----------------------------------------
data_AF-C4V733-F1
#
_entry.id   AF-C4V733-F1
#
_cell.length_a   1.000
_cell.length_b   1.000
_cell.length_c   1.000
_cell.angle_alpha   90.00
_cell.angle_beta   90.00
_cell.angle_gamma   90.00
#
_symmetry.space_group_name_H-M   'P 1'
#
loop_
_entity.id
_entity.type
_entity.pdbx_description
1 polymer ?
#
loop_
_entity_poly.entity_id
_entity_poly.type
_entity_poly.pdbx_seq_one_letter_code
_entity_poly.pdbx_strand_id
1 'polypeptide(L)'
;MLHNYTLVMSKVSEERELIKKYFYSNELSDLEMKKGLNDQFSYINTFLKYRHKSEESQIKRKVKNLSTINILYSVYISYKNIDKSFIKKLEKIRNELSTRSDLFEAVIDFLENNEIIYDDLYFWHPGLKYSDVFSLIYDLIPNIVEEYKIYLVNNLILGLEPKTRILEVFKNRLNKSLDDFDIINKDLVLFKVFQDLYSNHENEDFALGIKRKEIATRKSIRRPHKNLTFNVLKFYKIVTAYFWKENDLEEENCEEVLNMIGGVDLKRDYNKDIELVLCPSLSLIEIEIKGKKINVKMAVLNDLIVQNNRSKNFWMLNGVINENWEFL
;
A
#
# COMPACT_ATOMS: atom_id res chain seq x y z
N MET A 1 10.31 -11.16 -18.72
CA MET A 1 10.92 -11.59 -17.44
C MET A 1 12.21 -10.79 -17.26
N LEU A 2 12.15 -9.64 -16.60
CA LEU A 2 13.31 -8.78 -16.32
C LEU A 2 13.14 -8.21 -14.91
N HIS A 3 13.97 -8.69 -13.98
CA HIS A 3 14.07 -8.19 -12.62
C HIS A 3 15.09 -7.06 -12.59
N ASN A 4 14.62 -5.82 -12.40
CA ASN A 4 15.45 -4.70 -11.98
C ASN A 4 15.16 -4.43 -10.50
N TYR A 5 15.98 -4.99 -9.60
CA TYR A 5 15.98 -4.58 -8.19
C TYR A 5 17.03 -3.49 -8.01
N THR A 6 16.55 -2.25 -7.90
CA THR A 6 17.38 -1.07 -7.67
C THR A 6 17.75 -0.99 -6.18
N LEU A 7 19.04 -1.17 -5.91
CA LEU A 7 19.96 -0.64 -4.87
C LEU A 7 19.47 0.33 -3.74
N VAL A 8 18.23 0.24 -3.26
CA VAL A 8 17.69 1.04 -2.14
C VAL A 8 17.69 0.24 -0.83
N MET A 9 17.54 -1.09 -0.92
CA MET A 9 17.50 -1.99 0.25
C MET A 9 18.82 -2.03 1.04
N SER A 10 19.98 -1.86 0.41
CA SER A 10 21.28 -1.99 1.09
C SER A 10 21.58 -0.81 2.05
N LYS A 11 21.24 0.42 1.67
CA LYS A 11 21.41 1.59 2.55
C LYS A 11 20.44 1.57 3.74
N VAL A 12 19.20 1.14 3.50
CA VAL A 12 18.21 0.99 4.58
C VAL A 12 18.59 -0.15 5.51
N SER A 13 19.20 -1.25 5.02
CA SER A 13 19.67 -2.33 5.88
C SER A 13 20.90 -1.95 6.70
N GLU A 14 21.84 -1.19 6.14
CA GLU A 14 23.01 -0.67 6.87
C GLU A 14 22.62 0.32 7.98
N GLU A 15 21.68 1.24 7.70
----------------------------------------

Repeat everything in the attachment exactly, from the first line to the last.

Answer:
data_AF-C4V733-F1
#
_entry.id   AF-C4V733-F1
#
_cell.length_a   1.000
_cell.length_b   1.000
_cell.length_c   1.000
_cell.angle_alpha   90.00
_cell.angle_beta   90.00
_cell.angle_gamma   90.00
#
_symmetry.space_group_name_H-M   'P 1'
#
loop_
_entity.id
_entity.type
_entity.pdbx_description
1 polymer ?
#
loop_
_entity_poly.entity_id
_entity_poly.type
_entity_poly.pdbx_seq_one_letter_code
_entity_poly.pdbx_strand_id
1 'polypeptide(L)'
;MLHNYTLVMSKVSEERELIKKYFYSNELSDLEMKKGLNDQFSYINTFLKYRHKSEESQIKRKVKNLSTINILYSVYISYKNIDKSFIKKLEKIRNELSTRSDLFEAVIDFLENNEIIYDDLYFWHPGLKYSDVFSLIYDLIPNIVEEYKIYLVNNLILGLEPKTRILEVFKNRLNKSLDDFDIINKDLVLFKVFQDLYSNHENEDFALGIKRKEIATRKSIRRPHKNLTFNVLKFYKIVTAYFWKENDLEEENCEEVLNMIGGVDLKRDYNKDIELVLCPSLSLIEIEIKGKKINVKMAVLNDLIVQNNRSKNFWMLNGVINENWEFL
;
A
#
# COMPACT_ATOMS: atom_id res chain seq x y z
N MET A 1 10.31 -11.16 -18.72
CA MET A 1 10.92 -11.59 -17.44
C MET A 1 12.21 -10.79 -17.26
N LEU A 2 12.15 -9.64 -16.60
CA LEU A 2 13.31 -8.78 -16.32
C LEU A 2 13.14 -8.21 -14.91
N HIS A 3 13.97 -8.69 -13.98
CA HIS A 3 14.07 -8.19 -12.62
C HIS A 3 15.09 -7.06 -12.59
N ASN A 4 14.62 -5.82 -12.40
CA ASN A 4 15.45 -4.70 -11.98
C ASN A 4 15.16 -4.43 -10.50
N TYR A 5 15.98 -4.99 -9.60
CA TYR A 5 15.98 -4.58 -8.19
C TYR A 5 17.03 -3.49 -8.01
N THR A 6 16.55 -2.25 -7.90
CA THR A 6 17.38 -1.07 -7.67
C THR A 6 17.75 -0.99 -6.18
N LEU A 7 19.04 -1.17 -5.91
CA LEU A 7 19.96 -0.64 -4.87
C LEU A 7 19.47 0.33 -3.74
N VAL A 8 18.23 0.24 -3.26
CA VAL A 8 17.69 1.04 -2.14
C VAL A 8 17.69 0.24 -0.83
N MET A 9 17.54 -1.09 -0.92
CA MET A 9 17.50 -1.99 0.25
C MET A 9 18.82 -2.03 1.04
N SER A 10 19.98 -1.86 0.41
CA SER A 10 21.28 -1.99 1.09
C SER A 10 21.58 -0.81 2.05
N LYS A 11 21.24 0.42 1.67
CA LYS A 11 21.41 1.59 2.55
C LYS A 11 20.44 1.57 3.74
N VAL A 12 19.20 1.14 3.50
CA VAL A 12 18.21 0.99 4.58
C VAL A 12 18.59 -0.15 5.51
N SER A 13 19.20 -1.25 5.02
CA SER A 13 19.67 -2.33 5.88
C SER A 13 20.90 -1.95 6.70
N GLU A 14 21.84 -1.19 6.14
CA GLU A 14 23.01 -0.67 6.87
C GLU A 14 22.62 0.32 7.98
N GLU A 15 21.68 1.24 7.70